Call For Better Care For People With Alcohol Related Brain Damage

The Mental Welfare Commission for Scotland has called on health and social services to improve their awareness and responses to the needs of people with alcohol related brain damage (ARBD). They have made a series of recommendations to health boards, local authorities and the Scottish Executive following an Inquiry into the case of a man with dementia brought on by long term alchol abuse. The man at the centre of the Inquiry, Mr H, had been allowed to live squalid conditions, with evidence of physical and financial abuse, despite having regular contact with social and medical services for over two decades.

The Inquiry found that more could have been done at an earlier stage to improve Mr H’s health and welfare. In particular:

  • Social and health services should have paid more attention to assessing Mr H’s mental capacity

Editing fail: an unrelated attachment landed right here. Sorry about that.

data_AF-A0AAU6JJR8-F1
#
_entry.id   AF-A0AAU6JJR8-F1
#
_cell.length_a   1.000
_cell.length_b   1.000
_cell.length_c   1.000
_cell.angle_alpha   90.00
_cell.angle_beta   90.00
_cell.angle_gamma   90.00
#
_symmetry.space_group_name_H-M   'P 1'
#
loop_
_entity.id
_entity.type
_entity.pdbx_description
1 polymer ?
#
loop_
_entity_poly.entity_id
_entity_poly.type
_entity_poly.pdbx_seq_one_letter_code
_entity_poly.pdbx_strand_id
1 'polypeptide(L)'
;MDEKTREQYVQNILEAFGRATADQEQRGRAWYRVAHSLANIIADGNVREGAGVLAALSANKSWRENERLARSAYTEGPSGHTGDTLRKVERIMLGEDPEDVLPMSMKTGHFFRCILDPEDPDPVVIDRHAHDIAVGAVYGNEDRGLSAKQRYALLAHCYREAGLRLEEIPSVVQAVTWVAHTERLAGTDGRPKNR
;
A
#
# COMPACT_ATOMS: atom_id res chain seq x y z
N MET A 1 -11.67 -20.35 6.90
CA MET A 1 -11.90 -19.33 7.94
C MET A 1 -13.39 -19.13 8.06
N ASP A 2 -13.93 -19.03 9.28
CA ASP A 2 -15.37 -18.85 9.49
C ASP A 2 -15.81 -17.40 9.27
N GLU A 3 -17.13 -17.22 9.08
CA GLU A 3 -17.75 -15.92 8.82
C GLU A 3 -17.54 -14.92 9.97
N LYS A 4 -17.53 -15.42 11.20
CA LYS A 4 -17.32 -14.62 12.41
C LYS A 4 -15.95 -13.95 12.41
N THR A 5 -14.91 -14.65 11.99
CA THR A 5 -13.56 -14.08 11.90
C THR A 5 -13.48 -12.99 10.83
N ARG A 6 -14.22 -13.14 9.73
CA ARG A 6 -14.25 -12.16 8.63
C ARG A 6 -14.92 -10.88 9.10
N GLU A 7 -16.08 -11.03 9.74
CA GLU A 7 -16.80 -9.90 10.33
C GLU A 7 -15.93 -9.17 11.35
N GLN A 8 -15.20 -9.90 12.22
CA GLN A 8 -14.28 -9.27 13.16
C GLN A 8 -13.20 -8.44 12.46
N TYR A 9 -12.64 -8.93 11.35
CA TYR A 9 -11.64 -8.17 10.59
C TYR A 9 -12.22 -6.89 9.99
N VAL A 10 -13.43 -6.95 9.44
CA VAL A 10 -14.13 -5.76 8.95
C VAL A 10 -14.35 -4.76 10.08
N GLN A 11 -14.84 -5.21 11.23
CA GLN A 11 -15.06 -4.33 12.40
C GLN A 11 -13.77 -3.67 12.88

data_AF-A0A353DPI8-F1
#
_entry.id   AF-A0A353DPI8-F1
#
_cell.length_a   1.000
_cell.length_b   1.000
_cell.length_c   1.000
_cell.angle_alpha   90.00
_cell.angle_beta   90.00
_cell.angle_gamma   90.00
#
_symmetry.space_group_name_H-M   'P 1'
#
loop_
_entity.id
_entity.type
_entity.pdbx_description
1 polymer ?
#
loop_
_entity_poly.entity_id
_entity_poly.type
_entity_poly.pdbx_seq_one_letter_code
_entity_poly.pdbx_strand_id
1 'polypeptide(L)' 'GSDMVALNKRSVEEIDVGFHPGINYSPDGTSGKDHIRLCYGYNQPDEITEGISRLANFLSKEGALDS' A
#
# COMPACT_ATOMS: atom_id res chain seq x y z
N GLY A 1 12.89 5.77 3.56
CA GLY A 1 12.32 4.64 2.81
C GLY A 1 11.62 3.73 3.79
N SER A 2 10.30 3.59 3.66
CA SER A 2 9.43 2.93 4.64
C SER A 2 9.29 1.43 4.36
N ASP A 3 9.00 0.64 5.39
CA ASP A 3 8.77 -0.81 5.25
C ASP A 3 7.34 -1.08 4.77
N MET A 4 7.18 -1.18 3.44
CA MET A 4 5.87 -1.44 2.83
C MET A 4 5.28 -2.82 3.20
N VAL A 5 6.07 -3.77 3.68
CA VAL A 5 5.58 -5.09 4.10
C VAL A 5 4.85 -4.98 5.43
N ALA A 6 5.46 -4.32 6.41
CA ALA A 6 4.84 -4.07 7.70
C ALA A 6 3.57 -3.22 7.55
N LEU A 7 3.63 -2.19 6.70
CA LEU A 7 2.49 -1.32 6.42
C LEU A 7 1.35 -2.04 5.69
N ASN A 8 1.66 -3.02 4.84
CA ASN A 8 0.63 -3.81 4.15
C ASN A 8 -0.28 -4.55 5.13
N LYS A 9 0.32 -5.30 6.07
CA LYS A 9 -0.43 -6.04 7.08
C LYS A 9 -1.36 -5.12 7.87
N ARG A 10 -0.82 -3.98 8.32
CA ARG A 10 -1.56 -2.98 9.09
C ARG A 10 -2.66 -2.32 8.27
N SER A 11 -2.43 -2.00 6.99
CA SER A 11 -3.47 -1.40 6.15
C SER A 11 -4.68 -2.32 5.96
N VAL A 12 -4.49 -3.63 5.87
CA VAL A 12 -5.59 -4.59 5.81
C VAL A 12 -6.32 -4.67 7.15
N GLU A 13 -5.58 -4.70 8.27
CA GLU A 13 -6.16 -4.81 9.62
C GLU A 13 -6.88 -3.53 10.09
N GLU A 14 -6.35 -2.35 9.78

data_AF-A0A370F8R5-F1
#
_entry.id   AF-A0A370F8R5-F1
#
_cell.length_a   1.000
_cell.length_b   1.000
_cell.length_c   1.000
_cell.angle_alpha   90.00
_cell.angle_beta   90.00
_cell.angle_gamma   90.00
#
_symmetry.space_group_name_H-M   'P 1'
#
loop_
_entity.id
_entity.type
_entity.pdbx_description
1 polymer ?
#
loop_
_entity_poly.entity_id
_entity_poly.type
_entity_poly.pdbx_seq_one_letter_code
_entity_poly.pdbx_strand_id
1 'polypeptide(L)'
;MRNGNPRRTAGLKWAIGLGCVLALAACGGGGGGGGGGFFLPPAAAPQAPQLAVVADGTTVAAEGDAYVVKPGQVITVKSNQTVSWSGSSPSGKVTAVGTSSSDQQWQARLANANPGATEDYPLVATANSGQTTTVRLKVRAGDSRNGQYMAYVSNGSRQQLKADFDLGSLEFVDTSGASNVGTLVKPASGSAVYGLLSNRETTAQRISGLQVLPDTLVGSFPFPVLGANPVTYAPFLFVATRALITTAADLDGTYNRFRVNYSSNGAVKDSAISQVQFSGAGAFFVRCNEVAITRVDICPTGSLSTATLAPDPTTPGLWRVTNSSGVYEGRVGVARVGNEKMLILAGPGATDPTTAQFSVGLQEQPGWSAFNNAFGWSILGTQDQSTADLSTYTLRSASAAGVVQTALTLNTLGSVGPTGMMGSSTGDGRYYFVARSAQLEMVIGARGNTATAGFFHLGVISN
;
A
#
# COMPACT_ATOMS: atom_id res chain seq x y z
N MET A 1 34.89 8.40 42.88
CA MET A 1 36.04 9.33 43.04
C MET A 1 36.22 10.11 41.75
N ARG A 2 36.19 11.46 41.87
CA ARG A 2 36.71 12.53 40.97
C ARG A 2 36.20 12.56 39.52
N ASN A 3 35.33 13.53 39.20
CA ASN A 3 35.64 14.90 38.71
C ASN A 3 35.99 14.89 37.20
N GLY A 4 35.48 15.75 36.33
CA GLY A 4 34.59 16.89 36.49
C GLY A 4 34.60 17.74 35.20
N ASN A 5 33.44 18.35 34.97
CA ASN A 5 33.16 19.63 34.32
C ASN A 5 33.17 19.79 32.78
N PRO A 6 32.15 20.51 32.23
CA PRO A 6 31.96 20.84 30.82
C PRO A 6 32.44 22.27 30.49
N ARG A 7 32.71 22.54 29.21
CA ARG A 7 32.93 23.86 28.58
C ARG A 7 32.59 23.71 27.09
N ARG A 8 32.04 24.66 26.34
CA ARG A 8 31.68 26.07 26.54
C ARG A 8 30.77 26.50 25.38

• Social and housing service should have considered whether Mr H had the mental capacity to make decisions about his living and care arrangements
  • All agencies should have worked together to respond to his problems

“Mr H’s case highlights many of the problems and confusion that exist in services that come into contact with people with ARBD” said Commissioner George Kappler.

“It is widely acknowledged that services aren’t up to the mark in responding to people with this condition. This is worrying when it is estimated that for around 10% of people with dementia, alcohol related brain damage is thought to be the cause. The stigma associated with alcohol abuse may well result in people not being given appropriate care and treatment at an early stage.

“This is particularly tragic as, unlike other dementias, the symptoms of ARBD can be stopped and even reversed with abstinence from alcohol, proper nutrition and, of course, the care and support which might be necessary to help bring this about. By publishing this report we hope that services will be able to learn the lessons of this particular case and be able to respond more appropriately to the needs of  people with ARBD in future.”

A summary and the full text of the Inquiry Report and recommendations can be downloaded from